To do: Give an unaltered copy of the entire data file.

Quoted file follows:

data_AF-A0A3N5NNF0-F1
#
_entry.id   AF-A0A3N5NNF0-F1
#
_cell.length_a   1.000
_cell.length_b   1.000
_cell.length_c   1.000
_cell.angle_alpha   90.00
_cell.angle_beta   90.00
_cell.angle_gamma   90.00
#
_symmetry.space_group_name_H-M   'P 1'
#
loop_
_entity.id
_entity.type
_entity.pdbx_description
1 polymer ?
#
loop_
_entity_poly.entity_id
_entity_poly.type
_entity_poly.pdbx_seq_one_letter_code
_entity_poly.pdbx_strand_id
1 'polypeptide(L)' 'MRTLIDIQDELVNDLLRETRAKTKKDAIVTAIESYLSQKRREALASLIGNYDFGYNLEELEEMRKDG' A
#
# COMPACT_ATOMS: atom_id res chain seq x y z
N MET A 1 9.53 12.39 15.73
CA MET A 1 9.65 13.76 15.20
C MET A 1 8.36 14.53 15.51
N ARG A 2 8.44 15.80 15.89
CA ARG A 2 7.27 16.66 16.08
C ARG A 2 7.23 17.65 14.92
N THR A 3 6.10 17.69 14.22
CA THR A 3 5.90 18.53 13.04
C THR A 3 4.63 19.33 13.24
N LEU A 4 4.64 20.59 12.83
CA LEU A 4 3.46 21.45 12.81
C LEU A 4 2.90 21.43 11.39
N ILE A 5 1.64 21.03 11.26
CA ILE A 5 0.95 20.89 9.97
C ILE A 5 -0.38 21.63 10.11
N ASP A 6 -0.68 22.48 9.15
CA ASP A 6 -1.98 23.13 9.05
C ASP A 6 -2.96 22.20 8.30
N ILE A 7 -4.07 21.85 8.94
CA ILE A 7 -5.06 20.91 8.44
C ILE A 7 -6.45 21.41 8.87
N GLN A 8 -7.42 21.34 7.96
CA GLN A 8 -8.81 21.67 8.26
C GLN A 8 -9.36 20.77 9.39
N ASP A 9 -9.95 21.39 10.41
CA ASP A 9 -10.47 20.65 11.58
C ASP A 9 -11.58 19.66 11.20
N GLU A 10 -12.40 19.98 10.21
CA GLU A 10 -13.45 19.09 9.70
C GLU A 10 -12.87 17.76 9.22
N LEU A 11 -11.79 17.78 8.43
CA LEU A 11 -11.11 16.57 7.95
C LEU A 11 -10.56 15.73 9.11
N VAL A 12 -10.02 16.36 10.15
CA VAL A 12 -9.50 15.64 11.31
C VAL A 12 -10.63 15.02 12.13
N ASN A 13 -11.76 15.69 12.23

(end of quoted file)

data_AF-A0A3N5NNF0-F1
#
_entry.id   AF-A0A3N5NNF0-F1
#
_cell.length_a   1.000
_cell.length_b   1.000
_cell.length_c   1.000
_cell.angle_alpha   90.00
_cell.angle_beta   90.00
_cell.angle_gamma   90.00
#
_symmetry.space_group_name_H-M   'P 1'
#
loop_
_entity.id
_entity.type
_entity.pdbx_description
1 polymer ?
#
loop_
_entity_poly.entity_id
_entity_poly.type
_entity_poly.pdbx_seq_one_letter_code
_entity_poly.pdbx_strand_id
1 'polypeptide(L)' 'MRTLIDIQDELVNDLLRETRAKTKKDAIVTAIESYLSQKRREALASLIGNYDFGYNLEELEEMRKDG' A
#
# COMPACT_ATOMS: atom_id res chain seq x y z
N MET A 1 9.53 12.39 15.73
CA MET A 1 9.65 13.76 15.20
C MET A 1 8.36 14.53 15.51
N ARG A 2 8.44 15.80 15.89
CA ARG A 2 7.27 16.66 16.08
C ARG A 2 7.23 17.65 14.92
N THR A 3 6.10 17.69 14.22
CA THR A 3 5.90 18.53 13.04
C THR A 3 4.63 19.33 13.24
N LEU A 4 4.64 20.59 12.83
CA LEU A 4 3.46 21.45 12.81
C LEU A 4 2.90 21.43 11.39
N ILE A 5 1.64 21.03 11.26
CA ILE A 5 0.95 20.89 9.97
C ILE A 5 -0.38 21.63 10.11
N ASP A 6 -0.68 22.48 9.15
CA ASP A 6 -1.98 23.13 9.05
C ASP A 6 -2.96 22.20 8.30
N ILE A 7 -4.07 21.85 8.94
CA ILE A 7 -5.06 20.91 8.44
C ILE A 7 -6.45 21.41 8.87
N GLN A 8 -7.42 21.34 7.96
CA GLN A 8 -8.81 21.67 8.26
C GLN A 8 -9.36 20.77 9.39
N ASP A 9 -9.95 21.39 10.41
CA ASP A 9 -10.47 20.65 11.58
C ASP A 9 -11.58 19.66 11.20
N GLU A 10 -12.40 19.98 10.21
CA GLU A 10 -13.45 19.09 9.70
C GLU A 10 -12.87 17.76 9.22
N LEU A 11 -11.79 17.78 8.43
CA LEU A 11 -11.11 16.57 7.95
C LEU A 11 -10.56 15.73 9.11
N VAL A 12 -10.02 16.36 10.15
CA VAL A 12 -9.50 15.64 11.31
C VAL A 12 -10.63 15.02 12.13
N ASN A 13 -11.76 15.69 12.23